San Francisco -- As we wait for President Obama's speech tonight on the oil catastrophe in the Gulf, it's important to understand that many of the options he has discussed -- from requiring BP to set funds aside in escrow for cleanup to asking Congress to raise the liability limit on oil companies -- are possible only because BP is a British, as opposed to a Canadian or Mexican, company. That's because under the North American Free Trade Agreement (NAFTA) the so-called "investor-protection clauses" would allow a Canadian or Mexican oil company that caused a gusher on the floor of the Gulf to appeal any change in the liability or responsibility it faces to a trade tribunal. Such a tribunal would likely overturn, for example, an after-the-fact raise in the liability limit (or in the royalties companies had to pay).
But since the U.S. does not have a free-trade agreement with Britain, BP can't hide behind these trade tribunals.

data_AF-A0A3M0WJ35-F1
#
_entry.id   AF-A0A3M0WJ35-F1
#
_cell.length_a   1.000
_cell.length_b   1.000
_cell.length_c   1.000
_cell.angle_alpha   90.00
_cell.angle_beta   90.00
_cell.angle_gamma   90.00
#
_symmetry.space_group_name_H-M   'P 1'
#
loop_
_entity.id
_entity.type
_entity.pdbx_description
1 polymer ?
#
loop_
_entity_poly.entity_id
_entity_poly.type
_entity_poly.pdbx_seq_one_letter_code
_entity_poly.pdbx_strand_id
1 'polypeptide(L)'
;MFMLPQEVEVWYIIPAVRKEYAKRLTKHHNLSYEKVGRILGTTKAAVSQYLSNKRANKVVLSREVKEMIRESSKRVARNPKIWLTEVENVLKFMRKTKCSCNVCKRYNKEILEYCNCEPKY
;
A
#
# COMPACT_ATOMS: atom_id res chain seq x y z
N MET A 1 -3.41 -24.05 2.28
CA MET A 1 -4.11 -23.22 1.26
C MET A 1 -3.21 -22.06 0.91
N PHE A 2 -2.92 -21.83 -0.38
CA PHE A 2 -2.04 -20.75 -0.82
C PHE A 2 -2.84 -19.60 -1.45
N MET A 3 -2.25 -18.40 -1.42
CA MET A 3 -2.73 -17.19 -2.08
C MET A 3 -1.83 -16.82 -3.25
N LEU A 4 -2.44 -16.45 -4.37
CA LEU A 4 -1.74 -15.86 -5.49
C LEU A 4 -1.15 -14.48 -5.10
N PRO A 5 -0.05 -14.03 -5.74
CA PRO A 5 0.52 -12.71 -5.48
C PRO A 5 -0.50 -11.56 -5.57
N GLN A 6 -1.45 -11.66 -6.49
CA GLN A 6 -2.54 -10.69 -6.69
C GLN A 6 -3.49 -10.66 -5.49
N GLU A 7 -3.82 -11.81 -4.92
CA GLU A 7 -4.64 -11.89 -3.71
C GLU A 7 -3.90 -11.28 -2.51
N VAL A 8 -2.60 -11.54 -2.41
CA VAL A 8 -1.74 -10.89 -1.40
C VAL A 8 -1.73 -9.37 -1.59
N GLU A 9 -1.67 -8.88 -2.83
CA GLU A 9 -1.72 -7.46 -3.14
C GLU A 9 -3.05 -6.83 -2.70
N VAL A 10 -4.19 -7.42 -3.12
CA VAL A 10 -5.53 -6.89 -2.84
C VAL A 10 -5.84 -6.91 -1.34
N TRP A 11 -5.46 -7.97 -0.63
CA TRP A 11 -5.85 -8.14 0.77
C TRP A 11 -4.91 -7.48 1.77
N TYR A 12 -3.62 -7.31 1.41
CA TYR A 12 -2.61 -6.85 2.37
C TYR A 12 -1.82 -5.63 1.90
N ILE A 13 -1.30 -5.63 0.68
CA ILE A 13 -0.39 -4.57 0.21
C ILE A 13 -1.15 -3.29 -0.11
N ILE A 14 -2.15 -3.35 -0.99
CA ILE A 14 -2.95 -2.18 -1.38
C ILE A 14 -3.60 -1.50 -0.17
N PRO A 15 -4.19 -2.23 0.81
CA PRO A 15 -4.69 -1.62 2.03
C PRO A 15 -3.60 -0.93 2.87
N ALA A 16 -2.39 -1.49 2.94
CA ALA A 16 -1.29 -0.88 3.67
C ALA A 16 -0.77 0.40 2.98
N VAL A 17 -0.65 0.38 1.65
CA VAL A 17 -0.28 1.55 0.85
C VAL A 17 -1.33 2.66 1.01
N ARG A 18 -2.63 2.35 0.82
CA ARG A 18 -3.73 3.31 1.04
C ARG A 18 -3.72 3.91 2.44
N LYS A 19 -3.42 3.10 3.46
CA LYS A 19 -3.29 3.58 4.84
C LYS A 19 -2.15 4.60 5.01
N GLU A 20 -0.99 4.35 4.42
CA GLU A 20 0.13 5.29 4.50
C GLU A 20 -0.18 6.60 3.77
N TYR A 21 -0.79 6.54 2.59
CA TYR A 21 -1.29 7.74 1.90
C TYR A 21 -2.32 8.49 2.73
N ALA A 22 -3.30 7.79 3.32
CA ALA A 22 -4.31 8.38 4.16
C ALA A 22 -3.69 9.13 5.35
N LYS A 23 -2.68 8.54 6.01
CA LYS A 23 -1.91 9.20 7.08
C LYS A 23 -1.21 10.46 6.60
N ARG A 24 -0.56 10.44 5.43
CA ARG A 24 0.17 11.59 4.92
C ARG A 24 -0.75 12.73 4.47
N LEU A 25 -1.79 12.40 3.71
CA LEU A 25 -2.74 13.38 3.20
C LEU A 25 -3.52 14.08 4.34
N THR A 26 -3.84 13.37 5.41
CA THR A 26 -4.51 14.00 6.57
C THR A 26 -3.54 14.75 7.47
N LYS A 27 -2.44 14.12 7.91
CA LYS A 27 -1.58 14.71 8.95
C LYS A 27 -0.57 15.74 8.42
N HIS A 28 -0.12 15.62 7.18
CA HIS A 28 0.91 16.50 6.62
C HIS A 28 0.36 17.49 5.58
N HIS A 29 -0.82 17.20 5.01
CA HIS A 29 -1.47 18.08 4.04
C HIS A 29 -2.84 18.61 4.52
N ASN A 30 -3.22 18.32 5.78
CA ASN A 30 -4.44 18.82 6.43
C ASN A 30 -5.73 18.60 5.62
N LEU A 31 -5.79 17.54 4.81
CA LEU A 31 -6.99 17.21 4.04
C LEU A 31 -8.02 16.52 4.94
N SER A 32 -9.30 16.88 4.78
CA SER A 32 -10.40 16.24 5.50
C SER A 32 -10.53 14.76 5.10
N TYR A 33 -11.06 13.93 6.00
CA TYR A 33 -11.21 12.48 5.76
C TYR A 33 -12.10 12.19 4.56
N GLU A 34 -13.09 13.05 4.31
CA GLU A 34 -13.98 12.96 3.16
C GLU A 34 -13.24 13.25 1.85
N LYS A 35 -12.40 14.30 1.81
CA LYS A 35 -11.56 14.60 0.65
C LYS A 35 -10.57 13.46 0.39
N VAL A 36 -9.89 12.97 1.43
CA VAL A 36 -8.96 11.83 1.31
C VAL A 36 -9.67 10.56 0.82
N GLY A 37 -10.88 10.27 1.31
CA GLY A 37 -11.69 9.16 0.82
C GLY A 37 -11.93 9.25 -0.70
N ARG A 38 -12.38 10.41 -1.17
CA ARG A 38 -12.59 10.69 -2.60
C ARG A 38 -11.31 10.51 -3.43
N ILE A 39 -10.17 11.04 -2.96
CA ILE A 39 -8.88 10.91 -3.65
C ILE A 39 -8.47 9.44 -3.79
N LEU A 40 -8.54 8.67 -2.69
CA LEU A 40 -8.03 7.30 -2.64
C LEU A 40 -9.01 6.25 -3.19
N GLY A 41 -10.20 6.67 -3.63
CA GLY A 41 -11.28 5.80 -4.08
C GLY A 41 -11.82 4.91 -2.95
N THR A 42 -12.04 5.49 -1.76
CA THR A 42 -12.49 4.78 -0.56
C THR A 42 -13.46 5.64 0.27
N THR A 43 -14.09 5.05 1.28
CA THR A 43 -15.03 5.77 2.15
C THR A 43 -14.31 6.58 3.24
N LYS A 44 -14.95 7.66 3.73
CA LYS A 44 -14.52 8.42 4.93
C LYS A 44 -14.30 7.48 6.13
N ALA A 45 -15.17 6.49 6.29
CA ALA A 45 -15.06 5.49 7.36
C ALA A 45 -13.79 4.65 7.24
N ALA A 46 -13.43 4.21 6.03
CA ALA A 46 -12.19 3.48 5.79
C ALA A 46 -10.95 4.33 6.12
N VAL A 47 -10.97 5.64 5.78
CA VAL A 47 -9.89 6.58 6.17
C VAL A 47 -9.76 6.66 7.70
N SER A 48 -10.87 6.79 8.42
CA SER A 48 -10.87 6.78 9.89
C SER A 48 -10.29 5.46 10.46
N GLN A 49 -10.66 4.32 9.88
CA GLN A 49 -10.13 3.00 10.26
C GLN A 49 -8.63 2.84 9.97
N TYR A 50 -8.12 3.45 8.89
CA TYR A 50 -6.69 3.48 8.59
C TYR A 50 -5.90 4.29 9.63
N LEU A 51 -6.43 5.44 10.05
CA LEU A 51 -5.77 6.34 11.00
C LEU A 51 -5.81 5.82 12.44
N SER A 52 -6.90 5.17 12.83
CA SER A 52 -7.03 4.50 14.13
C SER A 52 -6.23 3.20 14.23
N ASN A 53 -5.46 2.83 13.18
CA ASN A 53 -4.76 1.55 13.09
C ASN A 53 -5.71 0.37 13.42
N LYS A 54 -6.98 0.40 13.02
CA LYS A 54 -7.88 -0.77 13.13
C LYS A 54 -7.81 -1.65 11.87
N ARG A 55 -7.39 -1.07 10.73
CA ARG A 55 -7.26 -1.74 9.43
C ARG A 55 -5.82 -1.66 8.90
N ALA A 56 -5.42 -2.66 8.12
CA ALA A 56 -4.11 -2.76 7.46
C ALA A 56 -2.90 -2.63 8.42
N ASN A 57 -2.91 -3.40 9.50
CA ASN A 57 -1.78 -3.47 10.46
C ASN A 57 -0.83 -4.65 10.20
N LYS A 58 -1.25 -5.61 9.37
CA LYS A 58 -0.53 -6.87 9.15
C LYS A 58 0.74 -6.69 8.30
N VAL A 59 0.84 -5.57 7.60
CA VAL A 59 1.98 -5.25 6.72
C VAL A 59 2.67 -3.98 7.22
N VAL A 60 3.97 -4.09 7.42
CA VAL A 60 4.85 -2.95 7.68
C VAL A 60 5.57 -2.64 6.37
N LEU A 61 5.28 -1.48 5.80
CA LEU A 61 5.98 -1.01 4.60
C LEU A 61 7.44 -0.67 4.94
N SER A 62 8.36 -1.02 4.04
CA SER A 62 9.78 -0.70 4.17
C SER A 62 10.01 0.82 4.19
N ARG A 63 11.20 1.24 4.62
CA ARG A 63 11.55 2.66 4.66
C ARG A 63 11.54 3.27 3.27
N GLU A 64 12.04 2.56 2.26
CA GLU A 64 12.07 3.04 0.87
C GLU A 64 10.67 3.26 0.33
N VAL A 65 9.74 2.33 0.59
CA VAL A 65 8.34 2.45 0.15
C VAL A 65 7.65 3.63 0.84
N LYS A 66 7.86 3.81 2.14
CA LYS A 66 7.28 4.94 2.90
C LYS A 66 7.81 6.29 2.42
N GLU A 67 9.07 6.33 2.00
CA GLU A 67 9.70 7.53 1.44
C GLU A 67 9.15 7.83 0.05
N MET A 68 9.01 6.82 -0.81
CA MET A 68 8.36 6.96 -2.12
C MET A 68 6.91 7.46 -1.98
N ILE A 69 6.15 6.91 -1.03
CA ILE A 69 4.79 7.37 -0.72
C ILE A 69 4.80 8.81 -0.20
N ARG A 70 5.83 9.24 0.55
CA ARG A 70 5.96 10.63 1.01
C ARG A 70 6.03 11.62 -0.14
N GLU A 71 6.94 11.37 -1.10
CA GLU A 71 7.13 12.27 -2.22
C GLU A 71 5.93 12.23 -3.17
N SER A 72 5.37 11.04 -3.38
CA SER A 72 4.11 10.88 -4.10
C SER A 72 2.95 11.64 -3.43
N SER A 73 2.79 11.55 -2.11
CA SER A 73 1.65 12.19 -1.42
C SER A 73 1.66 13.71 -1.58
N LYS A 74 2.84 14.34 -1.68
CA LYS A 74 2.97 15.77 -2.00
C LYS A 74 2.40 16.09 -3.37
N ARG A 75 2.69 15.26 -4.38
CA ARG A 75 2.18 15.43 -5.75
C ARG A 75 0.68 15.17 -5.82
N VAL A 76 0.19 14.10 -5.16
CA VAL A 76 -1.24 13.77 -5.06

Yet, here in San Francisco this week, the Obama administration is engaging in its first trade negotiations (the Trans-Pacific Partnership), and these investor-protection clauses that give foreign companies immunity from more stringent environmental or safety regulations are still on the table.
The Trans-Pacific Partnership could deliver a new model of trade agreement that reflects the kind of policies that candidate Obama championed -- one of his campaign promises was to do away with excessive investor-protection clauses. But there are companies like BP in the room here in San Francisco -- the U.S. Chamber of Commerce is sponsoring the biggest reception -- and they will be pushing hard for the same "get out of jail free" card that came with NAFTA.